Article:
FIFA’s chief investigator is escalating his inquiry into the voting procedures for the 2018 and 2022 soccer World Cups which have been dogged by controversy.
Michael Garcia, a former New York attorney and head of the FIFA ethics committee’s investigative unit, will visit every country directly involved in the voting for the finals awarded to Russia for 2018 and Qatar for 2022.
The voting procedure for 2022 has never escaped widespread allegations of corruption or rule-breaking. FIFA will this week consider whether to move the tournament to a new date, away from the fierce heat of a Qatari summer.
“I will conduct interviews in various places and I hope that those who have some information, even if they are not obliged to give me some, will agree to talk to me,” Garcia told weekly magazine France Football on Tuesday.
“My goal is to submit a report that covers the World Cup bidding and awarding process.”
A source close to the bidding process told Reuters: “It is very well known in FIFA circles what went on as far as Qatar was concerned.
“There was undoubted political interference, which is expressly forbidden by FIFA, and votes promised to one country were later switched to Qatar.
“The rules were ignored and now FIFA is left with a huge problem to clean up,” added the source, who spoke on condition of anonymity.
Garcia will re-examine allegations about the voting process which reached its climax in Zurich on Dec. 2, 2010, when FIFA awarded the two finals on the same day, something FIFA president Sepp Blatter has since publicly admitted was a mistake.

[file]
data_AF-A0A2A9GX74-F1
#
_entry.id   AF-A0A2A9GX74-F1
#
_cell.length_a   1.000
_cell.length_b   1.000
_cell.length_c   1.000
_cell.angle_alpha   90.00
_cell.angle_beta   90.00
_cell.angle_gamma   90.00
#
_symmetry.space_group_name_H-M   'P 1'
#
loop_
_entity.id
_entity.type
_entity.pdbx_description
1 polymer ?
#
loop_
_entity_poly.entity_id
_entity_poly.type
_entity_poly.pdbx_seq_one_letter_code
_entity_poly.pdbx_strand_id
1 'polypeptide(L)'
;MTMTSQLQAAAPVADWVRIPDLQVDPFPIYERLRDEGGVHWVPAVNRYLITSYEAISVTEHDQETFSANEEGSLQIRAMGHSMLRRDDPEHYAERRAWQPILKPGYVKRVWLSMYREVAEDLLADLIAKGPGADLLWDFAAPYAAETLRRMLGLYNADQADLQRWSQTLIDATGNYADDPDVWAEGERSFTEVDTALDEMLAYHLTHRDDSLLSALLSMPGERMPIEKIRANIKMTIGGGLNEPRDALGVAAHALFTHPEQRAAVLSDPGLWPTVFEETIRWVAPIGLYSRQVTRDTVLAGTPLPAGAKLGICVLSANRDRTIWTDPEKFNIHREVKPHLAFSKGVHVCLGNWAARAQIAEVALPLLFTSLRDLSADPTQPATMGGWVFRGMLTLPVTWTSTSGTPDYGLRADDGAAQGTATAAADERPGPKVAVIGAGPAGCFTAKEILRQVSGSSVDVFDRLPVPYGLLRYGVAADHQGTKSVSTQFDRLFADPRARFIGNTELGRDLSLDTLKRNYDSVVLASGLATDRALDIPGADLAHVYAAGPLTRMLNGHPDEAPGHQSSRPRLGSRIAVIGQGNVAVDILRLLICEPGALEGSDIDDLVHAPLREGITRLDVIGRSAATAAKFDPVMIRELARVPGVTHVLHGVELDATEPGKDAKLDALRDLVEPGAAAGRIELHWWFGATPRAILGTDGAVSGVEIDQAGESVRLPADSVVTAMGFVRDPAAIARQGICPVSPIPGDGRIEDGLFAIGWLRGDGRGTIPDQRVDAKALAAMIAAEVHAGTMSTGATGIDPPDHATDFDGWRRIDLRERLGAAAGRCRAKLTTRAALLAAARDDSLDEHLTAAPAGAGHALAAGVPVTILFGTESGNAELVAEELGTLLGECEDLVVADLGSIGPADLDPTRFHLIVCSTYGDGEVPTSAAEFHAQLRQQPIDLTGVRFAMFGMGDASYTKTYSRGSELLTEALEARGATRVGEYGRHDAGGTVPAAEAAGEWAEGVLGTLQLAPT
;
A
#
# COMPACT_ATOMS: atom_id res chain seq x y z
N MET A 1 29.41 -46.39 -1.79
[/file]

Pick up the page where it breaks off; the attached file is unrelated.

Although there is no doubt Russia will stage the 2018 finals as planned, FIFA’s executive committee meets on Friday and could agree in principle to move the 2022 finals to a cooler time of year.
Not only are the heat and humidity in June and July an issue, but last week there were widespread allegations of ill-treatment and deaths among immigrant workers contracted to work on World Cup infrastructure projects.
Reuters obtained a copy of the bid registration document - the 67-page file that specifies the conditions required to bid for the finals - which states that the 2022 World Cup must be played during the northern hemisphere summer.
Blatter last week said the World Cup should “in principle” take place in June or July, but those two words do not feature in the clauses relating to the timing of the finals.
“The final competitions of the FIFA World Cup are scheduled to take place as follows: the 21st edition in June and/or July 2018; the 22nd edition in June and/or July 2022,” the document says.
The Confederations Cup, the eight-team run-through tournament held a year ahead of the finals, is scheduled for June in both 2017 and 2021.
Moving both the 2021 Confederations Cup and the 2022 World Cup could give FIFA a major headache.
Garcia has spent months compiling material and information and will begin his world tour in England on Oct. 9, France Football reported on Tuesday.
England had high hopes of winning the right to stage the 2018 finals but was eliminated in the first round of voting.
An inquiry into the vote was held by the British parliament in 2011 following widespread allegations of bribery, corruption and political influence, all banned under FIFA’s strict guidelines.
Since 2010, a number of high-profile members have left the executive committee following allegations of corruption.
Russia beat off joint bids from Spain/Portugal and the Netherlands/Belgium as well as England for 2018 while Qatar beat rival bids from the United States, Australia, South Korea and Japan for 2022.
According to France Football, countries who were beaten in the awarding process could file complaints to the Swiss authorities, saying the competitive nature of the bidding process had been distorted, if the World Cup was to take place at any time except June and July.
A change of date could also invalidate deals with broadcasters, the magazine said, quoting Fox Sports reporter Leander Schaerlaeckens as saying: “Deals were signed for a summer World Cup.”
In 2011, Fox Sports agreed to pay a record $425 million for the 2018 and 2022 tournaments.
A winter World Cup would be in competition with some of the network’s biggest assets such as the National Football League (NFL), and, if it was staged in January or February, the Winter Olympics and the Australian tennis Open.